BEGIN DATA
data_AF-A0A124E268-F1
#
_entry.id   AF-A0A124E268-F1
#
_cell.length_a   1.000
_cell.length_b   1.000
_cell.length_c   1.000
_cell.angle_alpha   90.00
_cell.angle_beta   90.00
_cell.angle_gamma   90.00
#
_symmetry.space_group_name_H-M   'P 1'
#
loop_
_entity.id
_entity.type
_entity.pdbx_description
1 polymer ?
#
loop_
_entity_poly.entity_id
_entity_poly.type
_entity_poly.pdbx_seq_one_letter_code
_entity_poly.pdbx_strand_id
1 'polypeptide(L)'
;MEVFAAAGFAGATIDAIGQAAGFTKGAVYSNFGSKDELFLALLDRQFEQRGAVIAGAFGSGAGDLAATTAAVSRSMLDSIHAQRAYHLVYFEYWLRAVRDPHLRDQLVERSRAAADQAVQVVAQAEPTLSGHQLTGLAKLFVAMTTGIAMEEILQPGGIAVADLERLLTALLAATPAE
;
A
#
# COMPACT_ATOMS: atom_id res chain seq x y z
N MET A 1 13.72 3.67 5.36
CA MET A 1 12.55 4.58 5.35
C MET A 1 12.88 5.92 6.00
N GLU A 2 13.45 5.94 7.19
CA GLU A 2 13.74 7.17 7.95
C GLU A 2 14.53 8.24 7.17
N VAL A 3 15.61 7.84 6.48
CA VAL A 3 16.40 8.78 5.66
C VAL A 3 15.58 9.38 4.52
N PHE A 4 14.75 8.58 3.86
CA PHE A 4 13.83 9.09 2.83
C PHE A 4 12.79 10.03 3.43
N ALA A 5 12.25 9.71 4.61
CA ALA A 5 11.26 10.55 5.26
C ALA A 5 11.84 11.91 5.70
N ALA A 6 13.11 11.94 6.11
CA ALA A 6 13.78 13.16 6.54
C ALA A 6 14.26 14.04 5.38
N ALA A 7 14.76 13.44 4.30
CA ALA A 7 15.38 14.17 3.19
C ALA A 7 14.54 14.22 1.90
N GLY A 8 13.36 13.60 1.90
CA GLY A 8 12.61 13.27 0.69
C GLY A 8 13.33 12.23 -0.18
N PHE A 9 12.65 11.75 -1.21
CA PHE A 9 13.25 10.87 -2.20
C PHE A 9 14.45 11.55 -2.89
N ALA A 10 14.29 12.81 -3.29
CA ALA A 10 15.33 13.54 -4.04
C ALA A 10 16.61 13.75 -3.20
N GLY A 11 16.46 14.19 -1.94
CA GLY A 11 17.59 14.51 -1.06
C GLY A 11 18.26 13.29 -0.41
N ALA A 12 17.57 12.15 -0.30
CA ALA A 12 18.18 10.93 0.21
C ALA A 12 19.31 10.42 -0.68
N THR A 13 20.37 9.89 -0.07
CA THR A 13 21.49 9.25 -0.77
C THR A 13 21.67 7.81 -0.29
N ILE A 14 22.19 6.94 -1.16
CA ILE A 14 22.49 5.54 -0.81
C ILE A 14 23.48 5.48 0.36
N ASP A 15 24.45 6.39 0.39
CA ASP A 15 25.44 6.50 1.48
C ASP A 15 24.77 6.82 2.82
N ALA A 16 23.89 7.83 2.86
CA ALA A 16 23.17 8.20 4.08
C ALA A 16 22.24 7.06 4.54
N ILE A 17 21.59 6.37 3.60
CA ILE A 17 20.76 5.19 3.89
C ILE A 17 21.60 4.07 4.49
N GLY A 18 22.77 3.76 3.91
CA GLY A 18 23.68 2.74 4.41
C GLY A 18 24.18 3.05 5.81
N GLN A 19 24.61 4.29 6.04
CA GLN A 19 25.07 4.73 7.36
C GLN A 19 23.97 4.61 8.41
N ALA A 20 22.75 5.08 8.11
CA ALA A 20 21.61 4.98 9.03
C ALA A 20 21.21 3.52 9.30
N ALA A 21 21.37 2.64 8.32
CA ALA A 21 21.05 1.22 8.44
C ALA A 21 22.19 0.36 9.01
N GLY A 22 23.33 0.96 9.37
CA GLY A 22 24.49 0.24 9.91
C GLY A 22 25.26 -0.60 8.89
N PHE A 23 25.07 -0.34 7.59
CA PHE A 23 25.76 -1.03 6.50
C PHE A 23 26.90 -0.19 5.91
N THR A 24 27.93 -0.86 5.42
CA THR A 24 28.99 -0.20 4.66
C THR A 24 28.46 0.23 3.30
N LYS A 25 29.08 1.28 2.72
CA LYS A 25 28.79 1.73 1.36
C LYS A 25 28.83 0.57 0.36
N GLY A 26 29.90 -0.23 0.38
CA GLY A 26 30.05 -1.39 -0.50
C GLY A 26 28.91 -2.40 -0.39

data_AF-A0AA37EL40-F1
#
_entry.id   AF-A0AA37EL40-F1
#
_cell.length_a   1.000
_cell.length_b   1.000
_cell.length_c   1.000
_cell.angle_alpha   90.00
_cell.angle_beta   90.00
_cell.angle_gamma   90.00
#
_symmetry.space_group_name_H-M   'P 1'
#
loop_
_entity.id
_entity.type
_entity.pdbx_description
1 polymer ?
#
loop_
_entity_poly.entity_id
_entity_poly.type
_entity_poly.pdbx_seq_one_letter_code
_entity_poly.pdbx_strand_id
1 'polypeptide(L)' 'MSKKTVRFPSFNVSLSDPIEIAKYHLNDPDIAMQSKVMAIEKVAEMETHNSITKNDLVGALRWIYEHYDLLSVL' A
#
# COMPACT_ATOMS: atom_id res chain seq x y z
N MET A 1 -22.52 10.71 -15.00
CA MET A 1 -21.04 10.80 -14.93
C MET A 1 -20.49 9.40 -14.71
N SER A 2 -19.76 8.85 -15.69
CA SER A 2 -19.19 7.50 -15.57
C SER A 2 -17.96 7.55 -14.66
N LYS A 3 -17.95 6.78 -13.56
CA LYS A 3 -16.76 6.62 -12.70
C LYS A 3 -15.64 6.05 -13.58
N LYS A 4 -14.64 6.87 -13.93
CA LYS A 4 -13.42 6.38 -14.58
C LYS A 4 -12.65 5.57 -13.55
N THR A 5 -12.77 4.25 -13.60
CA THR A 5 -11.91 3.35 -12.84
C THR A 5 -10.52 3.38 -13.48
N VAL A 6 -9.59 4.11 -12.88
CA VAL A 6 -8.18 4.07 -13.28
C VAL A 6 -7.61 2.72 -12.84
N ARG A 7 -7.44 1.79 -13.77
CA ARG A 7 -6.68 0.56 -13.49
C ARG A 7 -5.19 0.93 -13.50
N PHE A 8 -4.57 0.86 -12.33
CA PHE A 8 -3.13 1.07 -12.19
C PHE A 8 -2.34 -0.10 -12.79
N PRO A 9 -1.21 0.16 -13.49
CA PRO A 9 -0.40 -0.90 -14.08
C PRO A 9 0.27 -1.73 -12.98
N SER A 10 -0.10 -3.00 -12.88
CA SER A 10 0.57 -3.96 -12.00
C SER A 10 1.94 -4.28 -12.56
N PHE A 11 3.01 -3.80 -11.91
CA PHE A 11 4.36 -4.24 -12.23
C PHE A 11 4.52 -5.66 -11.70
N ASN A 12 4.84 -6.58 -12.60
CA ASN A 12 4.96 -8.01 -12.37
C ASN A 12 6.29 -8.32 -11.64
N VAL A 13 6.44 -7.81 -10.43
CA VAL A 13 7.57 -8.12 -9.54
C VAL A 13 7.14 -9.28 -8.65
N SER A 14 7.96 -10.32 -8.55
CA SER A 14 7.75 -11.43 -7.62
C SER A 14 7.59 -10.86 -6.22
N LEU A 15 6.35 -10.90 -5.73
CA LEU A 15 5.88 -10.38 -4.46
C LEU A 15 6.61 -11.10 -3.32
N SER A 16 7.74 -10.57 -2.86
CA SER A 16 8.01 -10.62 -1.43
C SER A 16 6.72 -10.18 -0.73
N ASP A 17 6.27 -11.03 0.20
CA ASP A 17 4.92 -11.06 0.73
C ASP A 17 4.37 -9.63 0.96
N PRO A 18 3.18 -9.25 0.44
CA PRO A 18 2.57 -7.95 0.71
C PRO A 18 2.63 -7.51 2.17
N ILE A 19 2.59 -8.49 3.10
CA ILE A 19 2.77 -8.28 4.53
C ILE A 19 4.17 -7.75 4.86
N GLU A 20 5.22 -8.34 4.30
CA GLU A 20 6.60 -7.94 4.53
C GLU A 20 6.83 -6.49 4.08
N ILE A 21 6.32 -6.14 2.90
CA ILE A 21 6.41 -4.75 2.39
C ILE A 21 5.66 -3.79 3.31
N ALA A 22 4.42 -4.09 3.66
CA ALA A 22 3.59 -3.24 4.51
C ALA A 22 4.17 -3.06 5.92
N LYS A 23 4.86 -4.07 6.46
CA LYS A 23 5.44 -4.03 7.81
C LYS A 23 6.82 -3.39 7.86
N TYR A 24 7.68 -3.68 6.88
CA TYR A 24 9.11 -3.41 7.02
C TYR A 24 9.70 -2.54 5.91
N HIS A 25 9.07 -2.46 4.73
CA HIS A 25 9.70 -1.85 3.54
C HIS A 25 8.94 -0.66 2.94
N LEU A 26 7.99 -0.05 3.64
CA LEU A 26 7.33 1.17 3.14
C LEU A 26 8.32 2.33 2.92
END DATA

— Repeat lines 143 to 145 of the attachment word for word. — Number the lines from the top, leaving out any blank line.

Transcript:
CA LYS A 3 -16.76 6.62 -12.70
C LYS A 3 -15.64 6.05 -13.58
N LYS A 4 -14.64 6.87 -13.93